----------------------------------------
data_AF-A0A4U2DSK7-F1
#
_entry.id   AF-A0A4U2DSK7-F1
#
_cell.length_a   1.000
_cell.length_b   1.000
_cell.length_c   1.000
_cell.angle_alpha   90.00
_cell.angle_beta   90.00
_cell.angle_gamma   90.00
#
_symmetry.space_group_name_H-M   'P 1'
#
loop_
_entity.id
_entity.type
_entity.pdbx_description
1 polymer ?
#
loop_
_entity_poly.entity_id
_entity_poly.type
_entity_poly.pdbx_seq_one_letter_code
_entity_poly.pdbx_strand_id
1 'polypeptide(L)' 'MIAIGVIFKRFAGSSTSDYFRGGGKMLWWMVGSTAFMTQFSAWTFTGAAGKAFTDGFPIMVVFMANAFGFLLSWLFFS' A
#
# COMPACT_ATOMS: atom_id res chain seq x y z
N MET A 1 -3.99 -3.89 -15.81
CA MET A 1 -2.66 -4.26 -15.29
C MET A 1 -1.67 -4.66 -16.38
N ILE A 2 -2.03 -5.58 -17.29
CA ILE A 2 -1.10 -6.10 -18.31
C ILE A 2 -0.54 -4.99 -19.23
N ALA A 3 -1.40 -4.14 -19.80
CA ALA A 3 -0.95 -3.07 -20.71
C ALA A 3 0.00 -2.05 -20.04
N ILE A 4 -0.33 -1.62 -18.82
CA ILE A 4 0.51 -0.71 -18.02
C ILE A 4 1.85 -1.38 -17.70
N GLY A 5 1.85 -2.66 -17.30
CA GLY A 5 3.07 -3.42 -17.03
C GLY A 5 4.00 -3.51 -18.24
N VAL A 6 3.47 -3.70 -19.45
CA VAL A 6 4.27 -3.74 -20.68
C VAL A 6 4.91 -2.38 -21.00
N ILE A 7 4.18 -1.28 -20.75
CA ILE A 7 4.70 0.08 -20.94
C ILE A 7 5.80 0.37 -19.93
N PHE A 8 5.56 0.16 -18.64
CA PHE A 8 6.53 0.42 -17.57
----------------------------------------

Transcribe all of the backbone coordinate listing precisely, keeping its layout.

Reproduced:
data_AF-A0A4U2DSK7-F1
#
_entry.id   AF-A0A4U2DSK7-F1
#
_cell.length_a   1.000
_cell.length_b   1.000
_cell.length_c   1.000
_cell.angle_alpha   90.00
_cell.angle_beta   90.00
_cell.angle_gamma   90.00
#
_symmetry.space_group_name_H-M   'P 1'
#
loop_
_entity.id
_entity.type
_entity.pdbx_description
1 polymer ?
#
loop_
_entity_poly.entity_id
_entity_poly.type
_entity_poly.pdbx_seq_one_letter_code
_entity_poly.pdbx_strand_id
1 'polypeptide(L)' 'MIAIGVIFKRFAGSSTSDYFRGGGKMLWWMVGSTAFMTQFSAWTFTGAAGKAFTDGFPIMVVFMANAFGFLLSWLFFS' A
#
# COMPACT_ATOMS: atom_id res chain seq x y z
N MET A 1 -3.99 -3.89 -15.81
CA MET A 1 -2.66 -4.26 -15.29
C MET A 1 -1.67 -4.66 -16.38
N ILE A 2 -2.03 -5.58 -17.29
CA ILE A 2 -1.10 -6.10 -18.31
C ILE A 2 -0.54 -4.99 -19.23
N ALA A 3 -1.40 -4.14 -19.80
CA ALA A 3 -0.95 -3.07 -20.71
C ALA A 3 0.00 -2.05 -20.04
N ILE A 4 -0.33 -1.62 -18.82
CA ILE A 4 0.51 -0.71 -18.02
C ILE A 4 1.85 -1.38 -17.70
N GLY A 5 1.85 -2.66 -17.30
CA GLY A 5 3.07 -3.42 -17.03
C GLY A 5 4.00 -3.51 -18.24
N VAL A 6 3.47 -3.70 -19.45
CA VAL A 6 4.27 -3.74 -20.68
C VAL A 6 4.91 -2.38 -21.00
N ILE A 7 4.18 -1.28 -20.75
CA ILE A 7 4.70 0.08 -20.94
C ILE A 7 5.80 0.37 -19.93
N PHE A 8 5.56 0.16 -18.64
CA PHE A 8 6.53 0.42 -17.57